With the festive season in full swing, you might be thinking more about Home Alone than home loans, but rate cuts and cashback incentives mean the January sales have come early for mortgage hunters.
As they strive to hit end of year targets, some banks are offering cheaper mortgage deals.
Not everyone’s feeling so generous, however, with a handful of lenders withdrawing deals as they wind down for the year.
Remortgaging rates cut ahead of Christmas
Christmas is often an expensive time of year – but you could have more cash to spend on presents in December 2019 if you remortgage to a cheaper deal now.
The biggest rate cuts this month are on offer at lower loan-to-value (LTV) levels, meaning they’re ideal for homeowners who’ve built up a bit more equity and are looking to remortgage away from their lender’s standard variable rate (SVR).
For example, TSB has chopped 0.35% off its five-year fixed-rate mortgages – meaning borrowers with a 40% deposit can get an interest rate of just 1.94% (with a £995 fee). Barclays has launched a similar deal at the same LTV level.
But while these lenders are putting the ho-ho-ho in home ownership this Christmas, others haven’t been so generous, with several banks pulling their deals from the market as time runs out to complete before the end of the year.
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Will mortgages continue to get cheaper?
There are still three weeks to go before the big day, and it’s possible that we could see further price cuts.
Mortgage rates usually drop towards the end of the year, though that trend reversed in 2017 as prices rose from historically low rates.
Between October and December this year, the average rate on a two-year fix fell very slightly, while five-year fixes remained the same price.
The table below shows how average rates have changed between October and December in each of the last five years.
|2014 change from October to December||2015 Oct-Dec change||2016 Oct-Dec change||2017 Oct-Dec change||2018 Oct-Dec change|
Cashback incentives on the rise
So why aren’t mortgage rates falling by a bigger amount, as they did from 2014-2016?
Quite simply, with two increases in the Bank of England base rate in the last 13 months, lenders are finding their margins more tightly squeezed.
Because of this, they’re showing their Christmas cheer by offering more cashback deals instead.
Data from Moneyfacts shows that 29% of residential mortgages now offer some form of cashback – with 200 more cashback incentives available now than a year ago.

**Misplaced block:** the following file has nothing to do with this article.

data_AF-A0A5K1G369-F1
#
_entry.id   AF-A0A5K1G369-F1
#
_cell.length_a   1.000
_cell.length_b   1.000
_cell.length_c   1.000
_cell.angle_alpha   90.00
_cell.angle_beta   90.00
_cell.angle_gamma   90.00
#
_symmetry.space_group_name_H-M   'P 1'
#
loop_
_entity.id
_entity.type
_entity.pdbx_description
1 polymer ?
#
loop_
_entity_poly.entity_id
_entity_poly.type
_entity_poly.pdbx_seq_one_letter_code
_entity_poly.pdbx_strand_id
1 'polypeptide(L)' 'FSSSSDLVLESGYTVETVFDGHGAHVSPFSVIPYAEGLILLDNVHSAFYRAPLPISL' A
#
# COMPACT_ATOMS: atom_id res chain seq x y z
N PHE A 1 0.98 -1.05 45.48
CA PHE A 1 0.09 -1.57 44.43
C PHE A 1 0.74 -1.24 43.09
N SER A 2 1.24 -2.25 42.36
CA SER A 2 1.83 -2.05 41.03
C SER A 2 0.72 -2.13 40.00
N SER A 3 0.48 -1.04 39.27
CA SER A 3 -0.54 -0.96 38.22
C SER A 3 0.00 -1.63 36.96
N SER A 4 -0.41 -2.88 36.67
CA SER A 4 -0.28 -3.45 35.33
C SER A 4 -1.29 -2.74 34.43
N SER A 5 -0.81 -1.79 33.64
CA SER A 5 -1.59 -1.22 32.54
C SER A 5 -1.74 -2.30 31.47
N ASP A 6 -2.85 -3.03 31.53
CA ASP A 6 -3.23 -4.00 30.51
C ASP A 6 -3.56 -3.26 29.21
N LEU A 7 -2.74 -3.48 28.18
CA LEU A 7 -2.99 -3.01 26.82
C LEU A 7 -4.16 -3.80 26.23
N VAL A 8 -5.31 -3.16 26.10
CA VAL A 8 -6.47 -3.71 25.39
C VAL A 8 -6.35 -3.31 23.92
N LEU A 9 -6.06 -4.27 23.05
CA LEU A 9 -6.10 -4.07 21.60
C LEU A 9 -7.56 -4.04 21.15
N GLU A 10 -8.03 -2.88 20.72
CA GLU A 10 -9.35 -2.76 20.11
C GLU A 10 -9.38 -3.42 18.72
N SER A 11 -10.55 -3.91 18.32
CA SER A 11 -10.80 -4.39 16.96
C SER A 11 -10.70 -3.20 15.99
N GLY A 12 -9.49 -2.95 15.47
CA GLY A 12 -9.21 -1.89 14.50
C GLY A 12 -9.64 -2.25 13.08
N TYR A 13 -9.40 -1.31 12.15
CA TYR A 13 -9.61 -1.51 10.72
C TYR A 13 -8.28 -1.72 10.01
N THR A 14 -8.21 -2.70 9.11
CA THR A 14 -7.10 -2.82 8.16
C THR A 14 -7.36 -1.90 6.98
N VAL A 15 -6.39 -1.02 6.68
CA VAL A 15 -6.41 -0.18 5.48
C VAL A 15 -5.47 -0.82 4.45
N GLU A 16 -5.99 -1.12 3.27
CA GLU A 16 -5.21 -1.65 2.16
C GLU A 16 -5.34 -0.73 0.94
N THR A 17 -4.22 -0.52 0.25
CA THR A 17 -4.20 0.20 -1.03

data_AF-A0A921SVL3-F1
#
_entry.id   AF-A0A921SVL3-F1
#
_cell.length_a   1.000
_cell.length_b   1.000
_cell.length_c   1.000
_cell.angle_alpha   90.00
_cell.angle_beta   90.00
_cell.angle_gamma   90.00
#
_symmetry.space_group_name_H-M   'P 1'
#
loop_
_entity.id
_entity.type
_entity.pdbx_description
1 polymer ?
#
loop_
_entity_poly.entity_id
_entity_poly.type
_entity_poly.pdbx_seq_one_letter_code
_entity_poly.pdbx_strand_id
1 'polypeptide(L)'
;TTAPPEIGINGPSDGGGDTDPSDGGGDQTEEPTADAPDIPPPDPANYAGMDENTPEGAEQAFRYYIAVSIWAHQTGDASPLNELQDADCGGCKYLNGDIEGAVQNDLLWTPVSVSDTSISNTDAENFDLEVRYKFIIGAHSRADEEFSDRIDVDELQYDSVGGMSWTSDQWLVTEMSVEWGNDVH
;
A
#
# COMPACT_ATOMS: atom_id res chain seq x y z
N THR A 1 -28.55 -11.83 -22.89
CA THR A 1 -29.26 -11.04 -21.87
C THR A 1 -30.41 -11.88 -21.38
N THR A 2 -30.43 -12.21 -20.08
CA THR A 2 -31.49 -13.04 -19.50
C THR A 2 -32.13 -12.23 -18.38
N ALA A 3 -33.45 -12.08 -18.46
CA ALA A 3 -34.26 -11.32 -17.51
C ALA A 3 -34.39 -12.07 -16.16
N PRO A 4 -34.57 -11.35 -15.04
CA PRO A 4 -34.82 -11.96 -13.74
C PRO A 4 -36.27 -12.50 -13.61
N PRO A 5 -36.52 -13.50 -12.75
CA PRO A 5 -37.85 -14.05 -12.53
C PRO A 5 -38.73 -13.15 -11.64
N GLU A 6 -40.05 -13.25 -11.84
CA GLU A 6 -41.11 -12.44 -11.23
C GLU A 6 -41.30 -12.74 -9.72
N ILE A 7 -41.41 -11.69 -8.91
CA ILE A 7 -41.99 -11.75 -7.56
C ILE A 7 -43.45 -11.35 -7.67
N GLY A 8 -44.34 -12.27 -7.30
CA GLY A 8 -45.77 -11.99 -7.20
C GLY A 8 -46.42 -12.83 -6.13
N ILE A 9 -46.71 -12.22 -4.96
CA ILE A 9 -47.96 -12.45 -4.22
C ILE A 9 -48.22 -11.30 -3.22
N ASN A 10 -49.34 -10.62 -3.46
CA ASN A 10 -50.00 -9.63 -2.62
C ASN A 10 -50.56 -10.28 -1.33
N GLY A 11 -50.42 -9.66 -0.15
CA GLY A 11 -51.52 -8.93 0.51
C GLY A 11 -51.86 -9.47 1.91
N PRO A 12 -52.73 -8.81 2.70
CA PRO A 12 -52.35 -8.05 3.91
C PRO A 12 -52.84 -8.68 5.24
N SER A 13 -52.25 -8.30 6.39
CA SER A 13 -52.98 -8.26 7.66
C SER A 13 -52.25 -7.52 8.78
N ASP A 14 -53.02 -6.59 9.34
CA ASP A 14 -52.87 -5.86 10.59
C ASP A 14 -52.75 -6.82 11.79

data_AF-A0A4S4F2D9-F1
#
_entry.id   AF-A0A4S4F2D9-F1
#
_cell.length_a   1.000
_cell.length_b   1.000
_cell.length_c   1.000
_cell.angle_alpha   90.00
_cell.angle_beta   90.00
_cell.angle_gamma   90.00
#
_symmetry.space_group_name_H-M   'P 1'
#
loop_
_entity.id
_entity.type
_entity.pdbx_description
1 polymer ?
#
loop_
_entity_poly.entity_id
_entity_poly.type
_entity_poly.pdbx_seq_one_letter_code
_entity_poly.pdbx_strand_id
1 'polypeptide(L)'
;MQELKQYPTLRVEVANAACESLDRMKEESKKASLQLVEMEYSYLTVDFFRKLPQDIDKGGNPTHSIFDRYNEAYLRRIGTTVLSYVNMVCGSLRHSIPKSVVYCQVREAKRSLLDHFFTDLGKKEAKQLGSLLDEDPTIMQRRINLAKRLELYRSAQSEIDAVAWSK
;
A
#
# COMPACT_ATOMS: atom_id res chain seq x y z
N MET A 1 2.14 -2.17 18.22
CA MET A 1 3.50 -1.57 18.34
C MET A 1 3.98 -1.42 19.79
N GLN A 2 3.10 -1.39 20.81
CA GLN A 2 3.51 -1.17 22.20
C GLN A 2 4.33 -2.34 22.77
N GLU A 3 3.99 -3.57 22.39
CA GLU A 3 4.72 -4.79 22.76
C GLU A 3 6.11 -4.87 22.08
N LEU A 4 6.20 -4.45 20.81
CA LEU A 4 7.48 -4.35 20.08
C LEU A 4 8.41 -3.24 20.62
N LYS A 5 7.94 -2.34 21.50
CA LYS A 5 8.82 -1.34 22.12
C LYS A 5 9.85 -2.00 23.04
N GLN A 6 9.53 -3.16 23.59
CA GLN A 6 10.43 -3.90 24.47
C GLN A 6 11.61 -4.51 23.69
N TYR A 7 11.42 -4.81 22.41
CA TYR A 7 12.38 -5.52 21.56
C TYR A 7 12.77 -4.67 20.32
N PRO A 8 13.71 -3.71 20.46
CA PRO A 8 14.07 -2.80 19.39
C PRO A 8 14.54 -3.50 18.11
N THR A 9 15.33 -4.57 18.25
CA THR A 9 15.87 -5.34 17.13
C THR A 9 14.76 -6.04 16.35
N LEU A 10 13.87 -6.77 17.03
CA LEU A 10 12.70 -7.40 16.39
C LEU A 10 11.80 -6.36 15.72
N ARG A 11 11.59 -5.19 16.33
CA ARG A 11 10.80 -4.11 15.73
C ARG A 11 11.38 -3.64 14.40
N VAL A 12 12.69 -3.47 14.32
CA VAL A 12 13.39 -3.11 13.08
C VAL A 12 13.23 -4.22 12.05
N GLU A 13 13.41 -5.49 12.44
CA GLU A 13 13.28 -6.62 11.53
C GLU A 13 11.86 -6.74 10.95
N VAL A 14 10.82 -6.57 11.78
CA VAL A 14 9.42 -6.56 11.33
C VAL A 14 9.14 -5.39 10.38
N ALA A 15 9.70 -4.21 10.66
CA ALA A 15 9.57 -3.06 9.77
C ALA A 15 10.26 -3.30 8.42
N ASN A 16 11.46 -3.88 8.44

Rachael Springall of Moneyfacts says: ‘Lenders will be focused on meeting their annual lending targets, but at the same time, it will be increasingly difficult to improve their range by rate alone due to the squeeze on their margins.
‘Therefore, providers have revisited their incentive packages as a way to entice prospective borrowers, such as by offering cashback or creating a bundle of cost-saving incentives upfront.’
- Find out more: how to get the best mortgage deal
Should you remortgage this Christmas?
Whether or not you should remortgage depends on the particulars of your current deal, with two primary factors to consider:
When will you be moved on to your lender’s SVR?
If you have a fixed-rate mortgage, you’ll be moved on to your bank’s SVR at the end of your introductory term (usually two or five years).
Research by Moneyfacts claims that the average SVR is now at its highest level since 2009 – which should come as no surprise given the recent increases to the base rate.
In fact, research conducted by Which? earlier this year found that homeowners who fail to remortgage before the end of their fixed term could end up paying £4,000 more per year than they need to.
If you’re thinking of remortgaging, there’s usually no reason to wait. Most banks will allow you to agree a new deal up to six months before the end of your current one.
Will you need to pay early repayment charges?
Of course, remortgaging isn’t right for everyone – especially those who are tied into longer fixed-term deals.
That’s because many mortgages come with early repayment charges (ERCs), which can amount to around 5% of the remaining amount on your loan – potentially adding many thousands of pounds to the cost of remortgaging.
If you’re subject to ERCs, you’ll probably need to wait until the end of your fixed term to get a better deal.
Your home may be repossessed if you do not keep up repayments on your mortgage.